In determining how many years' worth of earnings it will take to pay off the long-term debt, I use the average of the company's core earnings over the last 3 fiscal years. The average core earnings of Intel over this period is $12.3B. When you divide the long-term debt by the average earnings of the company, here is what we find.
Years of Earnings to Pay off LT Debt = LT Debt / Average Earnings
For Intel, here is how it looks: $13.1B / $12.3B = 1.07 years
This is fantastic for Intel, in that it can pay off its long-term debt with just over one year's worth of earnings. So, while long-term debt has skyrocketed over the last couple of years, it is still well within manageable levels.
The debt-to-equity ratio is simply the total liabilities divided by the amount of shareholder equity. The lower this number, the better. Companies with sustainable competitive advantages can finance most of their operations with their earnings power rather than by debt, giving many of them a lower debt-to-equity ratio. I usually like to see companies with this ratio below 1.0, although some raise the bar (or lower the bar if you're playing limbo) with a maximum of 0.8. Let's see how Intel stacks up here.
Debt-To-Equity Ratio = Total Liabilities / Shareholder Equity
For Intel, it looks like this: $$33.2B / $51.2B = 0.65
Intel's debt-to-equity ratio looks pretty decent. To see how this figure has changed over time, I have included it from the ends of 2011 and 2010 in the table below.
Table 3: Debt-To-Equity Ratios Of Intel
From the looks of this table, the debt-to-equity ratio of Intel has been pretty good, but it is moving higher. This is due to the huge increases in long-term debt that I discussed above. So, from a debt-to-equity standpoint, I don't see anything to be worried about at the moment, but shareholders should monitor this in the years and quarters to come.
Return On Equity
Like the return on assets, the return on equity helps to give you an idea as to how efficient management is with the assets that it has at its disposal. It is calculated by using this formula.
Return On Equity = Net Income / Shareholder Equity
Generally speaking, the higher this figure, the better. However, it can be misleading, as management can juice this figure by taking on lots of debt, reducing the equity. This is why the return on equity should be used in conjunction with other metrics when determining whether a stock makes a good investment. Also, it should be mentioned that some companies are so profitable that they don't need to retain their earnings, so they buy back stock, reducing the equity, making the return on equity higher than it really should be. Some of these companies even have negative equity on account of buybacks. However, Intel is not one of these companies.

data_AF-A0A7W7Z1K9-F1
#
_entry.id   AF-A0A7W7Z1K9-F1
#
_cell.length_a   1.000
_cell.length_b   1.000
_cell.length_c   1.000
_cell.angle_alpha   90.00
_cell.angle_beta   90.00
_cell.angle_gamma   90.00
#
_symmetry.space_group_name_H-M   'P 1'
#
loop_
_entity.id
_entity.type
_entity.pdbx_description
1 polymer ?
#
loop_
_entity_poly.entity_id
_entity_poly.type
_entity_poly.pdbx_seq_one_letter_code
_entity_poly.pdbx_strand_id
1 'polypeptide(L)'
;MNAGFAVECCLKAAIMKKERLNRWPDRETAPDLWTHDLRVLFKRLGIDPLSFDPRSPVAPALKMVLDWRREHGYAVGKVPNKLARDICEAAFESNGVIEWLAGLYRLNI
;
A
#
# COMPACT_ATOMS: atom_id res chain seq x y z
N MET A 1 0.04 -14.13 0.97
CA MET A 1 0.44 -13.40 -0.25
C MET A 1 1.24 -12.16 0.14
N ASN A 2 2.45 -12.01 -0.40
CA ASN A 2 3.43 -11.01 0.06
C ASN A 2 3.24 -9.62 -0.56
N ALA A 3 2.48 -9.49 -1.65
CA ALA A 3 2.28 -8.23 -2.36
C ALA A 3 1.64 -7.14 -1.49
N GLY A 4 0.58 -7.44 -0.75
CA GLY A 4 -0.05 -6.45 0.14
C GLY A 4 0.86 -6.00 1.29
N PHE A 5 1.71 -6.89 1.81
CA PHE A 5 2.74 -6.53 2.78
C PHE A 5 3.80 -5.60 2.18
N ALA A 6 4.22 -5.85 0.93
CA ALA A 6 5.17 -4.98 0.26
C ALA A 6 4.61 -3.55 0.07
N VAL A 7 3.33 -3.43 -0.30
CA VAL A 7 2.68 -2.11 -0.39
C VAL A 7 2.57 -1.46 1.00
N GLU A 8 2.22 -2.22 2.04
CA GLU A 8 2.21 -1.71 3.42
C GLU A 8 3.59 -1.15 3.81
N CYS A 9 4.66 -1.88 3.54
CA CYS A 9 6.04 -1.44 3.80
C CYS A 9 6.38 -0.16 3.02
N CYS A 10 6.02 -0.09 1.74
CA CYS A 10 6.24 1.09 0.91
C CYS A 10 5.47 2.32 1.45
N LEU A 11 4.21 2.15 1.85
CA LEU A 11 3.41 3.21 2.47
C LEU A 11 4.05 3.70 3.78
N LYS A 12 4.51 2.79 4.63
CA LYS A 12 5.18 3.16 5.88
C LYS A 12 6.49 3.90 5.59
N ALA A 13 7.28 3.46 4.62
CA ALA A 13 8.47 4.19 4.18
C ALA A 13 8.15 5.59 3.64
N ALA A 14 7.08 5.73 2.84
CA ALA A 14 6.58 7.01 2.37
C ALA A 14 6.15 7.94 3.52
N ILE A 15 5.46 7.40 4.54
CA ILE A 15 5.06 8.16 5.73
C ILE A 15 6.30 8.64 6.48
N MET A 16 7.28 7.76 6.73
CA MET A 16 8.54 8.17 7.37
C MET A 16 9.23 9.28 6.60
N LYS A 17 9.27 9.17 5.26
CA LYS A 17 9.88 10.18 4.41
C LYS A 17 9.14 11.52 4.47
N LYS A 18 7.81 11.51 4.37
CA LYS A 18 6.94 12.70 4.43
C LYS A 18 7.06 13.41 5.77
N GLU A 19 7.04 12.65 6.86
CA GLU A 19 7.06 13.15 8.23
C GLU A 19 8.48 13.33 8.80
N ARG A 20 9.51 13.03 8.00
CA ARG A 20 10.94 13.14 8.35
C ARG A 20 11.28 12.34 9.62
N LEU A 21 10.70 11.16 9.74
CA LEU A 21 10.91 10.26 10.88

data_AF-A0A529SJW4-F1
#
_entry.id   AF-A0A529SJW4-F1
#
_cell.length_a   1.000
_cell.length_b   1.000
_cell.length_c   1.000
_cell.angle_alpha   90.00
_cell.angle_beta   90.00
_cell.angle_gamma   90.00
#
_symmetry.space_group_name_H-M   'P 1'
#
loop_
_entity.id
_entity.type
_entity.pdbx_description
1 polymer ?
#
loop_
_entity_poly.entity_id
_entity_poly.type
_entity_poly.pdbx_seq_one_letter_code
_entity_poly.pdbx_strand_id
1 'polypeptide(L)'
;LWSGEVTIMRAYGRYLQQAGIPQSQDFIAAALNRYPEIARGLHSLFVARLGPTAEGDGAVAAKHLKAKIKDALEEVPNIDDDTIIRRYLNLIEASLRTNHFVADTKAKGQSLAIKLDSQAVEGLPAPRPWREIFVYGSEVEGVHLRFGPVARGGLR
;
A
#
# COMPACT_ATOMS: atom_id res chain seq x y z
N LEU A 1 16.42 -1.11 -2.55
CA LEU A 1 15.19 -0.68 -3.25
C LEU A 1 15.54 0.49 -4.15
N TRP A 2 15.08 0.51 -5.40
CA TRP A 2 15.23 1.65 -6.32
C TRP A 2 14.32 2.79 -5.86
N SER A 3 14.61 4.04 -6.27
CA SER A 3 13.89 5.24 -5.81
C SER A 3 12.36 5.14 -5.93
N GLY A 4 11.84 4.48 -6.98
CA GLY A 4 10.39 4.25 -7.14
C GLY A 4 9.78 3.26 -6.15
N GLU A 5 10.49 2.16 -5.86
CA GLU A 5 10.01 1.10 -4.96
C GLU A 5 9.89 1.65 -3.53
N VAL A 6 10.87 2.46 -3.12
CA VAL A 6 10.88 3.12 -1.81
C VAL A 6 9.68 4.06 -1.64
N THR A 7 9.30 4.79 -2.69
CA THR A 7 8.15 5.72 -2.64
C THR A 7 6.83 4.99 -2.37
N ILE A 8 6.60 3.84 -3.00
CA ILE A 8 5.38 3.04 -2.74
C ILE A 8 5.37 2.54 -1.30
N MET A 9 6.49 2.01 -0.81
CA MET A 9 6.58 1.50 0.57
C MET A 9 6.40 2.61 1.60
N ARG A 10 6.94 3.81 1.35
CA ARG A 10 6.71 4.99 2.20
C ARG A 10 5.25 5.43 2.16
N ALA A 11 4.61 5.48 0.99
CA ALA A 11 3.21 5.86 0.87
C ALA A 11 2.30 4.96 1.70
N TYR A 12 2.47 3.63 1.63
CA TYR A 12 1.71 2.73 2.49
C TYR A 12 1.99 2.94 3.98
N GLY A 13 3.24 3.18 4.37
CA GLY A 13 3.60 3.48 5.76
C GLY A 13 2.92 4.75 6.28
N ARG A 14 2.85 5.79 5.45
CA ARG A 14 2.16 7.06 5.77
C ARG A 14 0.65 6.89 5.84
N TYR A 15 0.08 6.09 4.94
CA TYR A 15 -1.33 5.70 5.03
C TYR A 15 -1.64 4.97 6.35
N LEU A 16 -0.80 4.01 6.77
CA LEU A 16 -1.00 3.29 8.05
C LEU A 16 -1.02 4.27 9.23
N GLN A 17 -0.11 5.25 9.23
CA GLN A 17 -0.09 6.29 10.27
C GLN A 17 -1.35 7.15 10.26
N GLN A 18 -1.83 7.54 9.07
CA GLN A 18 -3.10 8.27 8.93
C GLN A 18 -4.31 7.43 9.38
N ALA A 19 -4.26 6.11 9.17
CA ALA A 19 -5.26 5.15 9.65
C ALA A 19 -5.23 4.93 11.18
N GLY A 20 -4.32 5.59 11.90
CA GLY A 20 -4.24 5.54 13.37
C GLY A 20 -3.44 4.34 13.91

So, the return on equity for Intel is as follows:
$11.6B / $51.2B = 22.7%
This is a pretty solid return on equity. In the table below, you can see how the return on equity has fared over 2011 and 2010 as well.
Table 4: Returns on Equity At Intel
The return on equity at Intel has been pretty decent over the past three years, although it has decreased over 2012 versus 2011. This is due to core earnings that fell by 14%, coupled with equity that increased by almost 12%.
Retained earnings are earnings that management chooses to reinvest into the company as opposed to paying it out to shareholders through dividends or buybacks. It is simply calculated as:
Retained Earnings = Net Income - Dividend Payments - Stock Buybacks
On the balance sheet, retained earnings is an accumulated number, as it adds up the retained earnings from every year. Growth in this area means that the net worth of the company is growing. You generally want to see a strong growth rate in this area, especially if you're dealing with a growth stock that doesn't pay much in dividends or buybacks. More mature companies, however, tend to have lower growth rates in this area, as they are more likely to pay out higher dividends.
Intel currently has $32.1B of retained earnings on its balance sheet, which is pretty impressive by itself. This figure is up from the $29.7B that it reported one year prior, but is below the $32.9B that it reported at the end of 2010.
Table 5: Retained Earnings At Intel
The dip that you see from 2010 to 2011 is due to the company repurchasing a whopping net $12.3B worth of stock during 2011. This compares with just $1.15B in repurchases during 2010, and $3.0B in net repurchases in 2012. In 2011, the company also increased its quarterly dividend payout from 15.8 cents per share to 21 cents per share by the end of the year, amounting to a 33% increase. According to the 10-K, Intel plans to buy back more stock in the years to come, but I don't think that it will be of the magnitude that we saw in 2011. It's nice to see that the retained earnings bounced back in 2012.
After reviewing the most recent balance sheet, it can be concluded that there is much to like about the financial condition of Intel. It has a substantial amount of cash and short-term investments that can be used for acquisitions, debt retirement, dividends, and share repurchases, in addition to a strong level of free cash flow. An excellent current ratio shows that the company can meet its short-term financial obligations, even in the event of an unlikely disruption of its operations. While Intel's long-term debt has been growing, it is still at a manageable level when compared to the company's earning power. The company has shown decent returns on assets and returns on equity, even though those figures have declined versus the year before. This will need to be monitored by shareholders, in order to make sure that management is still making good use of the assets that are at its disposal.
While this is not a comprehensive review as to whether Intel should be bought or sold, it can be said that Intel is in pretty good financial condition at this time.
To learn more about how I analyze financial statements, please visit my new website at this link. It's a new site that I created just for fun, as well as for the purpose of helping others make good financial decisions.
Thanks for reading and I look forward to your comments!
Disclosure: I have no positions in any stocks mentioned, and no plans to initiate any positions within the next 72 hours. I wrote this article myself, and it expresses my own opinions. I am not receiving compensation for it (other than from Seeking Alpha). I have no business relationship with any company whose stock is mentioned in this article.